Special Education Regulations
Laws, Regulations and Policy
Special Education laws, regulations and policy establish the requirements for educating students with disabilities.
Individuals with Disabilities Education Act (IDEA)
Congress enacted IDEA based on its finding that “disability is a natural part of the human experience and in no way diminishes the right of individuals to participate in or contribute to society. Improving educational results for children with disabilities is an essential element of our national policy of ensuring equality of opportunity, full participation, independent living, and economic self-sufficiency for individuals with disabilities.”
Federal Regulations for Implementing IDEA
The U.S. Department of Education issues federal regulations for implementing IDEA and to govern the Assistance to States for Education of Children with Disabilities Program and the Preschool Grants for Children with Disabilities Program. These rules are published in Part 300 of the 34th Code of Federal Regulations (34 CFR).
Annual State Application Under Part B of the Individuals with Disabilities Education Act 2004 for Federal Fiscal Year 2014
Each year the Rhode Island Department of Education applies for a grant award under Part B of the Individuals with Disabilities Education Act (IDEA). RIDE has received approval of the FFY2014 application; interested parties may view the approval letter [PDF, 224KB].
Rhode Island Regulations Governing the Education of Children with Disabilities
Rhode Island establishes state regulations for implementing IDEA. These rules are designed to ensure a free, appropriate public education for children with disabilities, protect the rights of children with disabilities and their parents, assist agencies to provide for the education of children with disabilities, and to assess and ensure the effectiveness of these efforts. The RIDE Office of Student, Community and Academic Supports oversees these state regulations.
See additional standards for meeting Rhode Island Regulations
Commissioner Approves Employment First Policy
Commissioner Deborah A. Gist has approved an Employment First policy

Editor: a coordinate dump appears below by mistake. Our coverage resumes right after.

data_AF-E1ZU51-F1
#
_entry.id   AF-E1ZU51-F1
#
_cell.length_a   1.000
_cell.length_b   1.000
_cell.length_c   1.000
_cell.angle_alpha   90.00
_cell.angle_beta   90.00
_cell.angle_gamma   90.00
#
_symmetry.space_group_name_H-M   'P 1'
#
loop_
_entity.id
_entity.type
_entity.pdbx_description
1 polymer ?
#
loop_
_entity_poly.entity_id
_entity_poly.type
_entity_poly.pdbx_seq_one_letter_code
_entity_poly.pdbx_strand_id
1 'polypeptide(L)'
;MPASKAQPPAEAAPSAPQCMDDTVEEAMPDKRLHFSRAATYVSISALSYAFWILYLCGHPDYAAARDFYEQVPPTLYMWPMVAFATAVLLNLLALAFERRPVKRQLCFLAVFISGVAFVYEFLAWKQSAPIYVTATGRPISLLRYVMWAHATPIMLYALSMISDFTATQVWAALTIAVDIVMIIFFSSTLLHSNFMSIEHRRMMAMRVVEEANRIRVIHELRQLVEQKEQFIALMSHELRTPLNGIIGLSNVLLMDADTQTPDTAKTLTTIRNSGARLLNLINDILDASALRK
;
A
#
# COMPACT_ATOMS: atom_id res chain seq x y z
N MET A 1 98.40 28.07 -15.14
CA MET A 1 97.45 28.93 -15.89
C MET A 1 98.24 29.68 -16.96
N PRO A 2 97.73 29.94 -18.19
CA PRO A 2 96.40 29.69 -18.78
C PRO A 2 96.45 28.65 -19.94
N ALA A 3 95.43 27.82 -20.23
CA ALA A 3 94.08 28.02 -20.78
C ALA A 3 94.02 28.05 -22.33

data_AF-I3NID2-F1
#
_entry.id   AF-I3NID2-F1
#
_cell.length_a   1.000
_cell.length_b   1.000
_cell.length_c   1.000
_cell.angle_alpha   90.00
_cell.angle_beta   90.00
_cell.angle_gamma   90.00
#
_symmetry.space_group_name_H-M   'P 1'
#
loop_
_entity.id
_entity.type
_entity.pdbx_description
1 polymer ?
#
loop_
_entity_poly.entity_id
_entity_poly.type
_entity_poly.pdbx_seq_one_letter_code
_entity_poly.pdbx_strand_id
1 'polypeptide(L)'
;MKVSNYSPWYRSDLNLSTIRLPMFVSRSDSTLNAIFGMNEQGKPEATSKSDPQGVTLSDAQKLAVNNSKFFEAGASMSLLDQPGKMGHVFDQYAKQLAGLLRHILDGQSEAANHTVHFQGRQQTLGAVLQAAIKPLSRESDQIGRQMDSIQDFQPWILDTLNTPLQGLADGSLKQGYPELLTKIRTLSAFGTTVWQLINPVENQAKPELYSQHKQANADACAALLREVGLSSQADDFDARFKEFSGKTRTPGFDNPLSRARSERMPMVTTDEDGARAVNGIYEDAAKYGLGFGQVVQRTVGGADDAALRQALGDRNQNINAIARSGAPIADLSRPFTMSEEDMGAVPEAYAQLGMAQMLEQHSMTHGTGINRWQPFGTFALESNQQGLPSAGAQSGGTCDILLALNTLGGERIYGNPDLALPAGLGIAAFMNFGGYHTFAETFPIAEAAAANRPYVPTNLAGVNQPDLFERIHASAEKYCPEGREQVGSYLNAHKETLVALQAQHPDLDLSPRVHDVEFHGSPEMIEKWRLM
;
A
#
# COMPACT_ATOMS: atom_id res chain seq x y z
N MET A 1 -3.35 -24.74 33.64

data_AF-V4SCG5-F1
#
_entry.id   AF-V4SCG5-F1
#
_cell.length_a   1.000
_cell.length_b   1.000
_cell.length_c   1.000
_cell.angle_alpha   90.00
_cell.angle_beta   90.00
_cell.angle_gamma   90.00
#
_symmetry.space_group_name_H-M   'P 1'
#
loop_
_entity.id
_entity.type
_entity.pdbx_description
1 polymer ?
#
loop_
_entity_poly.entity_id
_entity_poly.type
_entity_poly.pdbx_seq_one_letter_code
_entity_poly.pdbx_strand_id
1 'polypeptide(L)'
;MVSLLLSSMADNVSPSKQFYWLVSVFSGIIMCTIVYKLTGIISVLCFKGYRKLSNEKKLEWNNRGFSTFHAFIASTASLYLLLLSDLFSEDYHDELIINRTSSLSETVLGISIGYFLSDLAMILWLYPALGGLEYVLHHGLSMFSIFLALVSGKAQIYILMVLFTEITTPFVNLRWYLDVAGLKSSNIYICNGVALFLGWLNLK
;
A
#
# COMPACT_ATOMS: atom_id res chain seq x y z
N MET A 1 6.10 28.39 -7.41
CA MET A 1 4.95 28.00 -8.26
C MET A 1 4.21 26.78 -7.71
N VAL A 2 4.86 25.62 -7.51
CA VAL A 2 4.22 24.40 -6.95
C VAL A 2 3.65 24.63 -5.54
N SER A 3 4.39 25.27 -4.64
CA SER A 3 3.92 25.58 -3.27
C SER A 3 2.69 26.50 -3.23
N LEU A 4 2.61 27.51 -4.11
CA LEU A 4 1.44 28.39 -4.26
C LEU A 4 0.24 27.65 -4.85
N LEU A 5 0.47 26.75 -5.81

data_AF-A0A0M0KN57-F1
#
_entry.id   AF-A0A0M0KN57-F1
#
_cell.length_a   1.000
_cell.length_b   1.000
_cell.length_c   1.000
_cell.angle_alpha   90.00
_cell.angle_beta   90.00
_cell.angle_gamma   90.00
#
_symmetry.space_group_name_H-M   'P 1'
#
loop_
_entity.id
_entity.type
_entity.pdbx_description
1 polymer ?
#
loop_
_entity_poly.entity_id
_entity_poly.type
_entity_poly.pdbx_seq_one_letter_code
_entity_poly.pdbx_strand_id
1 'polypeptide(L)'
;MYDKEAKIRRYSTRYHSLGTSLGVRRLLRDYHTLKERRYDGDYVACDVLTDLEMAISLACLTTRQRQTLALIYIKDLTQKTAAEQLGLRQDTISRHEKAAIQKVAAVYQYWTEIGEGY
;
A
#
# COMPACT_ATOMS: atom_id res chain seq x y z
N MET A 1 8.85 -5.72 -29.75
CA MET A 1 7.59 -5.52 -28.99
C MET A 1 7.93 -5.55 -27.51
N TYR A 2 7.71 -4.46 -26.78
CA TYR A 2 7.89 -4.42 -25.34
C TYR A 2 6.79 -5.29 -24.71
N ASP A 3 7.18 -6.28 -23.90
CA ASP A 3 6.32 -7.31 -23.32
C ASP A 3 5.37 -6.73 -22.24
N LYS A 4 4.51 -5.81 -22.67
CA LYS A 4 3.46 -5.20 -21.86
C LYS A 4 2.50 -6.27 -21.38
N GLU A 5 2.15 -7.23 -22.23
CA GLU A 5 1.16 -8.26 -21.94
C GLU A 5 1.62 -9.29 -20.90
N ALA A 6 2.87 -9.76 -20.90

for the Rhode Island Department of Education. Employment First is a commitment to students with intellectual/developmental disabilities to support their transition from public education into meaningful, community integrated training and employment opportunities at competitive wages upon exiting public education.
In 2014, the State of Rhode Island entered into a Consent Decree with the U.S. Department of Justice regarding violations of Title II of the Americans with Disabilities Act for operating day activity centers and sheltered workshops for individuals with intellectual /developmental disabilities. As part of this settlement, the State of Rhode Island and the involved agencies that support youth and adults with intellectual/developmental disabilities agreed to implement a state Employment First policy.
In approving this policy, RIDE is endorsing the belief Rhode Island students with intellectual /developmental disabilities are capable of working in integrated work settings for competitive wages and RIDE will work in partnership with the adult service system to achieve this outcome.
Rhode Island Special Education Procedural Safeguards Notice
Know your rights!
This notice is the state’s model form for explaining parents’ rights under special education law and regulations. Federal and state regulations require schools to provide you with such a notice containing a full explanation of your rights in special education.
State Criteria for Specific Learning Disabilities
The Rhode Island Regulations Governing the Education of Children with Disabilities provide for the establishment of state criteria for Specific Learning Disabilities. On June 4, 2009, the Rhode Island Board of Regents for Elementary and Secondary Education approved Rhode Island’s State Criteria for Specific Learning Disabilities.
Please see the Special Education Resource page for more information.
Take a look at these related resources.